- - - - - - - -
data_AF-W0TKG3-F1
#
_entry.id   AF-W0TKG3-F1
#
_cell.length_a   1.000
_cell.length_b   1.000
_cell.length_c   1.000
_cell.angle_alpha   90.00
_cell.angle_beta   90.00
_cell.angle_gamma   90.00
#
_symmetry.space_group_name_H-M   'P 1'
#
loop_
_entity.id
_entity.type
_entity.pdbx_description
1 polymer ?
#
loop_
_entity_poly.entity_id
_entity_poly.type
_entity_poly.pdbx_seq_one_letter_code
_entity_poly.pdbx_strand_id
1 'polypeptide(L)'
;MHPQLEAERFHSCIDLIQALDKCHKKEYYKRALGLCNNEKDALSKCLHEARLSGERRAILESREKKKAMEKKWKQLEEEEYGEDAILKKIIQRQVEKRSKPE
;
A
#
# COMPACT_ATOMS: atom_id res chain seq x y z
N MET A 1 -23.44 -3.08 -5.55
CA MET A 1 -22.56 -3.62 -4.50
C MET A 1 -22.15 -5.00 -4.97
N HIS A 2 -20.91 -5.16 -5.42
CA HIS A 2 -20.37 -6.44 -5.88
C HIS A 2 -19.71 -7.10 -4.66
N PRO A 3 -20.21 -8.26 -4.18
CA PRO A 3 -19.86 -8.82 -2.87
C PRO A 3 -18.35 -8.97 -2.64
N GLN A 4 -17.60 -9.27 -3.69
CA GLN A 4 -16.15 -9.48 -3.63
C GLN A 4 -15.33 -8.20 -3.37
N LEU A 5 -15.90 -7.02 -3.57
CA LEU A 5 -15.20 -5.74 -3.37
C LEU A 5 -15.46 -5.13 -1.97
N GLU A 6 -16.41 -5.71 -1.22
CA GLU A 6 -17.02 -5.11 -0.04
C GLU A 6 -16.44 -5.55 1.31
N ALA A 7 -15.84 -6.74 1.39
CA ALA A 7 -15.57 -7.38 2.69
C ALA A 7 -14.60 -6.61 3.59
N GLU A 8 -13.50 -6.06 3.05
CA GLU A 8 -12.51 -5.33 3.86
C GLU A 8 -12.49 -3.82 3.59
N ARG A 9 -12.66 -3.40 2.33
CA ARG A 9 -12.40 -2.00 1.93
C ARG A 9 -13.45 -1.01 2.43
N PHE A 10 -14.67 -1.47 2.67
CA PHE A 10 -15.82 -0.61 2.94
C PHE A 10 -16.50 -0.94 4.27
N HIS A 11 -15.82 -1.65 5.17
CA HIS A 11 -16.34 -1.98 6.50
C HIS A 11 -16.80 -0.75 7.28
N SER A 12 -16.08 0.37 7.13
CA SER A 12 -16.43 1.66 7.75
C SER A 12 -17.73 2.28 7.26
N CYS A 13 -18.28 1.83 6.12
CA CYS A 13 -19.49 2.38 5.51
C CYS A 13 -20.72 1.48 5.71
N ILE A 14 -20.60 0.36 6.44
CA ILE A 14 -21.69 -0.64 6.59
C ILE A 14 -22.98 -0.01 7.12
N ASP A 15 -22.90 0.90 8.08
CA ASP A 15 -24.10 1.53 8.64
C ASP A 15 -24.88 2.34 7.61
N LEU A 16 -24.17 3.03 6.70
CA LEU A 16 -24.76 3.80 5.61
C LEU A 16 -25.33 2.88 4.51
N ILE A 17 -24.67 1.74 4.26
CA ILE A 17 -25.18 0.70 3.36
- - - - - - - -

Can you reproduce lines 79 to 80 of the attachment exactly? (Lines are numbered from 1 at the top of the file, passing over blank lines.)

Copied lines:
N ILE A 17 -24.67 1.74 4.26
CA ILE A 17 -25.18 0.70 3.36